Democrats to the Rescue: Congress Averts Shutdown for One More Week

Nancy Pelosi held a news conference Friday before the votes. Nancy Pelosi held a news conference Friday before the votes. J. Scott Applewhite/AP

It was Democrats to the rescue -- again.

A huge bipartisan coalition came together Friday night to approve a one-week funding bill for the Department of Homeland Security, preventing a partial government shutdown with just a couple of hours to spare.

Nearly every House Democrat joined most Republicans to pass the measure 357-60 after GOP leaders failed to squeeze out a short-term victory earlier Friday, as the chamber rejected a three-week funding bill amid fierce opposition from conservatives angered that the bill didn't include provisions defunding President Obama's immigration executive orders.

Democrats now hope the chamber will get to vote by March 6 on the Senate-passed long-term clean DHS funding bill, though Republican leaders claim no promises have been made on that front. But Speaker John Boehner will still have to cope with fallout from his own GOP troops, who are furious that he has not been able to sufficiently battle back against Obama on a variety of fronts.

The dramatic earlier 203-224 vote on the three-week bill, held open for several minutes to no avail, came after a day's worth of intense lobbying by the leadership of skeptical members across the conference, particularly In the end, 52 Republicans joined all but a dozen Democrats in voting against the measure, which was supposed to go to the Senate so it could be approved later Friday. White House spokesman Josh Earnest indicated Obama would sign it, even though he would still prefer a full-year clean bill of the type the Senate passed Friday morning.

Rep. Mike Simpson, a Boehner ally, suggested that the House could pass some version of the long-term Senate funding bill with the votes of "Democrats and a few of the adults" on the GOP side. That may well happen after the one-week funding measure was approved.

House Minority Leader Nancy Pelosi sent a letter to colleagues Friday night urging them to support the seven-day bill. "Your vote tonight will assure that we will vote for full funding next week," she wrote. Because the measure came up under suspension of the rules, two-thirds support was required to pass.

But Republicans quickly pushed back on the notion that they had struck an agreement with Democrats. "No such deal or promise was made," said Boehner spokesman Michael Steel.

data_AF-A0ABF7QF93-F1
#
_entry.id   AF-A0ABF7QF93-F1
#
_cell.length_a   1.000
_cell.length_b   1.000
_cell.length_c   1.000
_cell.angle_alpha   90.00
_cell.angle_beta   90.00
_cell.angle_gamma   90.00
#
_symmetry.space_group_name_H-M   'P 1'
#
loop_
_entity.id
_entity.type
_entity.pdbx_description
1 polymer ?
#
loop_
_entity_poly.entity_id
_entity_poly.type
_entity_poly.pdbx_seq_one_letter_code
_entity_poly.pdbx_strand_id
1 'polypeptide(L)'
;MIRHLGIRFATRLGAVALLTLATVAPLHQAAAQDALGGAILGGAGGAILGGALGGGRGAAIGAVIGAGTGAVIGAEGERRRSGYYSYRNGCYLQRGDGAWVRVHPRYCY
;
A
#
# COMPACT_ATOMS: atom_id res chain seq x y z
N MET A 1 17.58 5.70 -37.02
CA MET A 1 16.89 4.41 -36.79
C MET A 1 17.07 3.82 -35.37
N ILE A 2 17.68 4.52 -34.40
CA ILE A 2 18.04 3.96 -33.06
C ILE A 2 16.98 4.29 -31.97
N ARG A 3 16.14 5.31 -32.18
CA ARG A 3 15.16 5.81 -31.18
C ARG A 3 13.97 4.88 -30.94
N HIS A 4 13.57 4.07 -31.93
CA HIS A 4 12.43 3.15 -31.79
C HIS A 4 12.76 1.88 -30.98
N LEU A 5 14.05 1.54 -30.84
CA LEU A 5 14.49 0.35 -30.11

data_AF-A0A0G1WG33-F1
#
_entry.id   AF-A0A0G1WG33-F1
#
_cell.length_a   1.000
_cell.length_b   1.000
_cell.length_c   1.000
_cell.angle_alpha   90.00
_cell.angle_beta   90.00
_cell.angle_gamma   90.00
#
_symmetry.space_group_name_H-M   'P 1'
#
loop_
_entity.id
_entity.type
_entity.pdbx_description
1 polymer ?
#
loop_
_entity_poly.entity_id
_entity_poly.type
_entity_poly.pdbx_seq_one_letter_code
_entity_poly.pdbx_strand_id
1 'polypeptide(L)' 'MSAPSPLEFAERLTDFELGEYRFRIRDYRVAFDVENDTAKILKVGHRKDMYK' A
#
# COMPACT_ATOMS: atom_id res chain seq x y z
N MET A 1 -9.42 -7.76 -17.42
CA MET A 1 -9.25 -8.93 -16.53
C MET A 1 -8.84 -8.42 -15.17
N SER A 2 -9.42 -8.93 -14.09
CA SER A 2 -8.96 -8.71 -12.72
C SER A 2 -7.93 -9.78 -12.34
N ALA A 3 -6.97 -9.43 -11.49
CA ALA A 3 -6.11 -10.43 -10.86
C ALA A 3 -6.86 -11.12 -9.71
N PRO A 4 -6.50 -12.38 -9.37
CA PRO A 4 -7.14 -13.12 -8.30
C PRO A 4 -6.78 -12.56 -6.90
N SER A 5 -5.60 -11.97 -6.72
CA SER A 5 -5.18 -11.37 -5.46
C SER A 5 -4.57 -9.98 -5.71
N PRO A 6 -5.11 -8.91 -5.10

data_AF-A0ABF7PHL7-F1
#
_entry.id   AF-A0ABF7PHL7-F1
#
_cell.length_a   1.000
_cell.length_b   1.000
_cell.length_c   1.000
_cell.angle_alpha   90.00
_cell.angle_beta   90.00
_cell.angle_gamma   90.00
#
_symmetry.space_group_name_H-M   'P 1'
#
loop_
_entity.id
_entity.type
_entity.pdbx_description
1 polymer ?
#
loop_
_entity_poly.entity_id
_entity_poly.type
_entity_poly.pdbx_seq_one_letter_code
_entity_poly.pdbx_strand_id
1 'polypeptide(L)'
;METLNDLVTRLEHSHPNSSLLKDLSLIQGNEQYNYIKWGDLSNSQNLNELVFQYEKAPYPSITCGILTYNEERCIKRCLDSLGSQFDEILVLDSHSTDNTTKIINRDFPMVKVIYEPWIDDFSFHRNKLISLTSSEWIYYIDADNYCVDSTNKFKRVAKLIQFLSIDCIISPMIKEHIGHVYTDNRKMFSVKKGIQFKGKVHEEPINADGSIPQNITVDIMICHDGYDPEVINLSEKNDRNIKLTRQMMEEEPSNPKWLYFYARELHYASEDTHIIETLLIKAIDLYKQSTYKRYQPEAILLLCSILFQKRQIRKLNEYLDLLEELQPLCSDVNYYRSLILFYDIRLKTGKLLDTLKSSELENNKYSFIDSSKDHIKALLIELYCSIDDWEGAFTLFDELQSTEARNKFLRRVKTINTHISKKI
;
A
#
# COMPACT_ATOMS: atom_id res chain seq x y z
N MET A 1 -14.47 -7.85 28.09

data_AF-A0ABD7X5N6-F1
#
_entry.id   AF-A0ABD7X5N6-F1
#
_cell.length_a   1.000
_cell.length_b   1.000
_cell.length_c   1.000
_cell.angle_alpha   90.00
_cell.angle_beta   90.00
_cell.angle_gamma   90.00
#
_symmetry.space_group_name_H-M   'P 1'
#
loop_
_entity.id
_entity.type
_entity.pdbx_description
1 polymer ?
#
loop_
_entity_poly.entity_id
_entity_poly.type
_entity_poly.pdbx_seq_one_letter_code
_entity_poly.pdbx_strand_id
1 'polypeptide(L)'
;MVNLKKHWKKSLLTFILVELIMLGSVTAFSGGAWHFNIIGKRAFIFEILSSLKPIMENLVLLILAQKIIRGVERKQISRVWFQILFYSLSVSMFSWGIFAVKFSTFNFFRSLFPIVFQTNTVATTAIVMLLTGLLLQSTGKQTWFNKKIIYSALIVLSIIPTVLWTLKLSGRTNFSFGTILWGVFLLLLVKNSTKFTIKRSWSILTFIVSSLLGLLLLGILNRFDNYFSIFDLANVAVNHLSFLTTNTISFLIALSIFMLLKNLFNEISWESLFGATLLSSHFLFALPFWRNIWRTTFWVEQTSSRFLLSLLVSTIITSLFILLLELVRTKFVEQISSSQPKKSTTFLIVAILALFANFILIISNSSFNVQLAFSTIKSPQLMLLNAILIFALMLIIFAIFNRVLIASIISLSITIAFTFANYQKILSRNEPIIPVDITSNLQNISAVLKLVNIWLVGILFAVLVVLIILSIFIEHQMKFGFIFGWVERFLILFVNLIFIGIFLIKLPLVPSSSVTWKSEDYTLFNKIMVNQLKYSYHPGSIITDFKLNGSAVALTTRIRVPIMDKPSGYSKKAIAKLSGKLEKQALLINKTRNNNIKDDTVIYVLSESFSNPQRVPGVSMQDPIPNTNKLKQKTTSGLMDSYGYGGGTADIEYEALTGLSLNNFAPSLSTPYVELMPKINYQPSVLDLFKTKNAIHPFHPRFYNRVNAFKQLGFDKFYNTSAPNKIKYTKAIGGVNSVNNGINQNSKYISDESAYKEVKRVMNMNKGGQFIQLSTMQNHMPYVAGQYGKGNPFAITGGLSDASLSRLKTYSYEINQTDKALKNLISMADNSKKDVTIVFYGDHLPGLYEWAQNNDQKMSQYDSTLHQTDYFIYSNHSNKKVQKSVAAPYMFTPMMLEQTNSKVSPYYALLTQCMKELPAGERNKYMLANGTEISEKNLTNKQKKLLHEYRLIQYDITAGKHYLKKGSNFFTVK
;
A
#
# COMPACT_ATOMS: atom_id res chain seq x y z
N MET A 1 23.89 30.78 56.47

Just before 8:30 p.m. on Friday night, the Senate passed a one-week continuing resolution under unanimous consent. The move means that now that the CR has passed the House, the Senate automatically deems that it has passed in the upper chamber as well. With that, the Senate recessed for the week.

At an earlier meeting of the House Freedom Caucus, a new coalition representing the chamber's most conservative members, Rep. Raul Labrador said the group had made a legislative proposal to leadership. They suggested leaders put on the House floor the same three-week CR, but with a provision mandating that it expires in a week if the Senate refuses a conference committee.

Even a win for House GOP leaders may be fleeting, as they and their Senate counterparts will have to find a lengthier DHS funding solution that can clear both chambers by March 6, the new-and-improved shutdown deadline. House conservatives are insistent on blocking Obama's immigration policies, but Senate Democrats say they won't give the necessary 60 votes to anything but a clean funding bill.

Republican leaders' search for votes for the DHS bill became serious enough that they decided to scratch from Friday's schedule the other bill set to be considered—a rewrite of the No Child Left Behind education measure. That bill also was proving to be a tough sell within the GOP conference: Conservatives objected to reauthorizing a large federal program, while state interests were putting significant pressure on members, particularly those from Florida, New Jersey, and New York.

Though members were cautiously optimistic about the DHS measure coming out of a conference meeting Thursday night, the long delay portended trouble for the stopgap bill. Leaders knew they'd lose a sizable contingent of conservatives, who believe that Obama's executive action on immigration has plunged the nation into a constitutional crisis and who refuse to vote for any measure funding the agency tasked with implementing the action.

"I don't know how I go home and tell people that the outcome would have been different if Harry Reid had still been in charge" of the Senate, complained Rep. Mick Mulvaney.

And Rep. Steve Pearce said he was angry at the way the entire week was handled, as the House had to act at the very last minute.

"This is a protest vote on the way the whole thing is working," Pearce said. "This is not a way to govern."

But lawmakers aligned with leadership were frustrated by the conservatives' move.

"They're caving into Obama's recklessness by not showing they know how to tactically get three more weeks to continue the fight. … You can't say you want to fight and not understand tactically how to fight," said Rep. Devin Nunes, another close Boehner ally.